1. ## Roots of unity

In solving $\displaystyle z^n = 1$ we get the distinct solutions $\displaystyle z = e^{i(2k \pi/n)}$. We get this as follows:

Let $\displaystyle z = re^{i \theta}$. Then $\displaystyle (re^{i \theta})^{n} = 1$ or $\displaystyle r^{n}e^{i n \theta} = 1e^{i0}$. Thus $\displaystyle r = 1$ and $\displaystyle \theta = 2 k \pi/n$.

How do we draw the solutions? Why do we write $\displaystyle \omega_{n} = \cos \frac{2 \pi}{n} + i \sin \frac{2 \pi}{n}$? Like the three cube roots of $\displaystyle 1$ form an equilateral triangle inscribed in the unit circle. But does it matter how we draw it?

2. Originally Posted by particlejohn
In solving $\displaystyle z^n = 1$ we get the distinct solutions $\displaystyle z = e^{i(2k \pi/n)}$. We get this as follows:

Let $\displaystyle z = re^{i \theta}$. Then $\displaystyle (re^{i \theta})^{n} = 1$ or $\displaystyle r^{n}e^{i n \theta} = 1e^{i0}$. Thus $\displaystyle r = 1$ and $\displaystyle \theta = 2 k \pi/n$.

How do we draw the solutions? Why do we write $\displaystyle \omega_{n} = \cos \frac{2 \pi}{n} + i \sin \frac{2 \pi}{n}$? Like the three cube roots of $\displaystyle 1$ form an equilateral triangle inscribed in the unit circle. But does it matter how we draw it?
On the complex plane, the number $\displaystyle z = e^{i \theta}$ is defined as a rotation of $\displaystyle \theta$ radians from the point 1+0i.

So let n = 1,2,3,4,5, and find out what $\displaystyle \theta$ is at these points. Then simply rotate that amount about the unit circle from the point 1+0i.

Unless you're talking about drawing the general case... which is pretty meaningless.

3. ## Complex roots of unity

Hello particlejohn
Originally Posted by particlejohn
In solving $\displaystyle z^n = 1$ we get the distinct solutions $\displaystyle z = e^{i(2k \pi/n)}$. We get this as follows:

Let $\displaystyle z = re^{i \theta}$. Then $\displaystyle (re^{i \theta})^{n} = 1$ or $\displaystyle r^{n}e^{i n \theta} = 1e^{i0}$. Thus $\displaystyle r = 1$ and $\displaystyle \theta = 2 k \pi/n$.

How do we draw the solutions? Why do we write $\displaystyle \omega_{n} = \cos \frac{2 \pi}{n} + i \sin \frac{2 \pi}{n}$? Like the three cube roots of $\displaystyle 1$ form an equilateral triangle inscribed in the unit circle. But does it matter how we draw it?
Your working is OK up to and including

$\displaystyle r = 1$ and $\displaystyle \theta = 2 k \pi/n$

But then you've written

$\displaystyle \omega_{n} = \cos \frac{2 \pi}{n} + i \sin \frac{2 \pi}{n}$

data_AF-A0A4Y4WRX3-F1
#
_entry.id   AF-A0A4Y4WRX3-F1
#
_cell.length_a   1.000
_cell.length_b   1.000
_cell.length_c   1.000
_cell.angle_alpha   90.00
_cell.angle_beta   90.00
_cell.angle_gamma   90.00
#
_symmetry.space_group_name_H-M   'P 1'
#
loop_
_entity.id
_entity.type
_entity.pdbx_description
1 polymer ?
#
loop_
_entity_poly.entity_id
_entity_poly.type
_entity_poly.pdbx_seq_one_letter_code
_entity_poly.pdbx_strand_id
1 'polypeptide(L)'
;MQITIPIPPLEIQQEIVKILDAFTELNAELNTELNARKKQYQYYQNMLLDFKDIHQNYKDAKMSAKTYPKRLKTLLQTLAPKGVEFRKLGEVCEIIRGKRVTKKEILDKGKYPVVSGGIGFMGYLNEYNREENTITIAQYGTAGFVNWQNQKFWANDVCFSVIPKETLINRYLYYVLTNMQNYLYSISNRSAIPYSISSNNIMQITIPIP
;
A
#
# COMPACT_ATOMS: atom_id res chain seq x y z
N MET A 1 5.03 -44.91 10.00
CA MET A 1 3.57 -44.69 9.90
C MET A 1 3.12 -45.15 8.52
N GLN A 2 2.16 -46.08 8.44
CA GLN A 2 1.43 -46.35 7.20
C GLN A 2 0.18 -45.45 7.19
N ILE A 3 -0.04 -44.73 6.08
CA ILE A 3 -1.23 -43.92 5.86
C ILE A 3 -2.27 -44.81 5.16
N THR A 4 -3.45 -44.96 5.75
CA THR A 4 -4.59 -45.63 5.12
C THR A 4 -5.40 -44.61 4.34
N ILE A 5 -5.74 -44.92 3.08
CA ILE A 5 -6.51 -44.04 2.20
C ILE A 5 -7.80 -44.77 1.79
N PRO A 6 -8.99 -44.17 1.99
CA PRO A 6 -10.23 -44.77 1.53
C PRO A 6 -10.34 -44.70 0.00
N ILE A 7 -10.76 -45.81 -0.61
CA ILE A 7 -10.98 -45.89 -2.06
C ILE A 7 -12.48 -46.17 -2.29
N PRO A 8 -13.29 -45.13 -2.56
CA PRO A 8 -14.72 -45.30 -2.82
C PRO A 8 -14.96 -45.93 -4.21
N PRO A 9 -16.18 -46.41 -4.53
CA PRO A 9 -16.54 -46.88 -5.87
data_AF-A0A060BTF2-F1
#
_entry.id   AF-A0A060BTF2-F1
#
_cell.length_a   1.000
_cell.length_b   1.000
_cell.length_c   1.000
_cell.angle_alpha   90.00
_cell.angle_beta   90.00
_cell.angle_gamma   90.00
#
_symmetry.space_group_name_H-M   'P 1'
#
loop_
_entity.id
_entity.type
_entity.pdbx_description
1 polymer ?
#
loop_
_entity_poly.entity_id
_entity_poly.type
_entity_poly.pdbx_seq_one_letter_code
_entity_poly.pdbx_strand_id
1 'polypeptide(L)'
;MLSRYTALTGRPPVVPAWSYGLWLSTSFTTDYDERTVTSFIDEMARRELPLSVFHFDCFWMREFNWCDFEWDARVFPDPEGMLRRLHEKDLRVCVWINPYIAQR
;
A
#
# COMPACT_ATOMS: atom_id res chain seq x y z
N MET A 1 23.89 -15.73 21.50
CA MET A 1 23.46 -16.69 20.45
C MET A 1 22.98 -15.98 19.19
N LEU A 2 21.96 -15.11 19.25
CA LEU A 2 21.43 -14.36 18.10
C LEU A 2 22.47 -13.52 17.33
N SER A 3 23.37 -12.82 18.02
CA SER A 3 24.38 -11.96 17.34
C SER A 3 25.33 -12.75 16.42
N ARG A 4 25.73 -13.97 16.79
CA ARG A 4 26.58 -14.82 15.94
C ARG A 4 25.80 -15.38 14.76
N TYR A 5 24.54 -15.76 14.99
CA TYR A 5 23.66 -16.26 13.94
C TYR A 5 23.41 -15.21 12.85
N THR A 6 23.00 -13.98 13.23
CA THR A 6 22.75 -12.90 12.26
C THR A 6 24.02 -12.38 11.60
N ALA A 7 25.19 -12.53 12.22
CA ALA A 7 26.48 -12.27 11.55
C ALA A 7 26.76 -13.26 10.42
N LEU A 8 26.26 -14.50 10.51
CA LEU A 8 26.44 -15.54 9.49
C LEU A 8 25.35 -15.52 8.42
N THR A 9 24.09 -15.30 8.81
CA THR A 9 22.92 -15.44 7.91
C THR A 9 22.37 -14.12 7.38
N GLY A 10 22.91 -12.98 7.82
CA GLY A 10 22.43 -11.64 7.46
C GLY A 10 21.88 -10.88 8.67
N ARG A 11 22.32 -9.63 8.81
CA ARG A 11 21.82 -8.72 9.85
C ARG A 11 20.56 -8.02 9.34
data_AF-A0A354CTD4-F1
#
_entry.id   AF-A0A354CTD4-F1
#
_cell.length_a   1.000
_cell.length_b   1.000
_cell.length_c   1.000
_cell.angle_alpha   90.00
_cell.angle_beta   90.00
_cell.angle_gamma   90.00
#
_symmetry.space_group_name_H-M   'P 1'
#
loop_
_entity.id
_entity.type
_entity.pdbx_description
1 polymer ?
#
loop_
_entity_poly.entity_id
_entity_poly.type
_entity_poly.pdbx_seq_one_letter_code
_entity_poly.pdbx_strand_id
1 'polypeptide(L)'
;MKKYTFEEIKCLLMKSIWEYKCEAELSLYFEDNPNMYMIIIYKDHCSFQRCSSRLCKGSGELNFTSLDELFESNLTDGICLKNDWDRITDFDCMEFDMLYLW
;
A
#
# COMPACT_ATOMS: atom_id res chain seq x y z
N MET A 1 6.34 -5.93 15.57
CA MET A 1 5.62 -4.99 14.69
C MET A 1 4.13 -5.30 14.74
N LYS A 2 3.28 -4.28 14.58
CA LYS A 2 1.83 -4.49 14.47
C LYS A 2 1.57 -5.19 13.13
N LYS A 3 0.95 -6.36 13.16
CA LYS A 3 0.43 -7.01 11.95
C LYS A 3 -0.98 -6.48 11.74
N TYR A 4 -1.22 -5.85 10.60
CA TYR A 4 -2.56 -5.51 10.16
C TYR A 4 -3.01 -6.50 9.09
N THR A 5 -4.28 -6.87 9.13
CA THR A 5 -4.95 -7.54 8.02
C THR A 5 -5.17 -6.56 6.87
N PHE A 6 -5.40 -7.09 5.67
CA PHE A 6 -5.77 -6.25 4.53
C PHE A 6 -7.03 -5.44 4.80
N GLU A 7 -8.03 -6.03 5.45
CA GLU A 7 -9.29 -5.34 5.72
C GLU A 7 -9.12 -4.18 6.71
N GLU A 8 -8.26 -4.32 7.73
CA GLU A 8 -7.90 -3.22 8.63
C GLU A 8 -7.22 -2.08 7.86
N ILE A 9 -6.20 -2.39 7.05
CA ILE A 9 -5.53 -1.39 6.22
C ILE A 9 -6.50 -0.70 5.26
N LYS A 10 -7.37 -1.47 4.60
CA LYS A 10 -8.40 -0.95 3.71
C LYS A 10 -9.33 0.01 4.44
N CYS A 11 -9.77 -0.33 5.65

Which isn't quite right: you've missed the $\displaystyle k$ out. So let's put it right. Putting the values of $\displaystyle r$ and $\displaystyle \theta$ into $\displaystyle z = re^{i \theta}$ we get:

$\displaystyle z = 1e^{i \theta}=\cos \theta + i\sin\theta$

$\displaystyle =\cos \frac{2k\pi}{n} + i \sin \frac{2k\pi}{n}$

Now note two things:

• because $\displaystyle r = 1$, the points representing the values of $\displaystyle z$ lie on a circle, radius $\displaystyle 1$, centre $\displaystyle (0,0)$
• distinct points are obtained by values of $\displaystyle k$ between $\displaystyle 0$ and $\displaystyle n-1$ inclusive. When $\displaystyle k = 2n, 2n+1, \dots$ the points are repeated.

So, where do these points lie?

When $\displaystyle k=0$, $\displaystyle z$ is wholly real. This is simply the value $\displaystyle z=1$, and is represented by the point $\displaystyle (1,0)$.

The remaining values of $\displaystyle k$ divide the whole circle into $\displaystyle n$ equal parts, corresponding to angles at the centre of $\displaystyle \frac{\pi}{n}, \frac{2\pi}{n},\frac{3\pi}{n}, \dots$ The points representing these values of $\displaystyle z$, then, lie on the vertices of a regular $\displaystyle n$-sided polygon, with centre $\displaystyle (0,0)$, one vertex at $\displaystyle (1,0)$ and each side subtending an angle at the centre of $\displaystyle \frac{2\pi}{n}$.

I hope that clears it up.

4. Actually, isn't my $\displaystyle \omega_n$ correct? Because then all the roots can be expressed as $\displaystyle 1, \omega, \omega^{2}, \ldots, \omega^{n-1}$?

5. Originally Posted by particlejohn
Actually, isn't my $\displaystyle \omega_n$ correct? Because then all the roots can be expressed as $\displaystyle 1, \omega, \omega^{2}, \ldots, \omega^{n-1}$?
The other roots can indeed be constructed from $\displaystyle \omega_n$:

$\displaystyle 1, \omega_{\color{red}n}, \omega_{\color{red}n}^{2}, \ldots, \omega_{\color{red}n}^{n-1}$

and you get the same values as Grandad.

But you never said this is what you meant in your original post (and your notation is not quite right).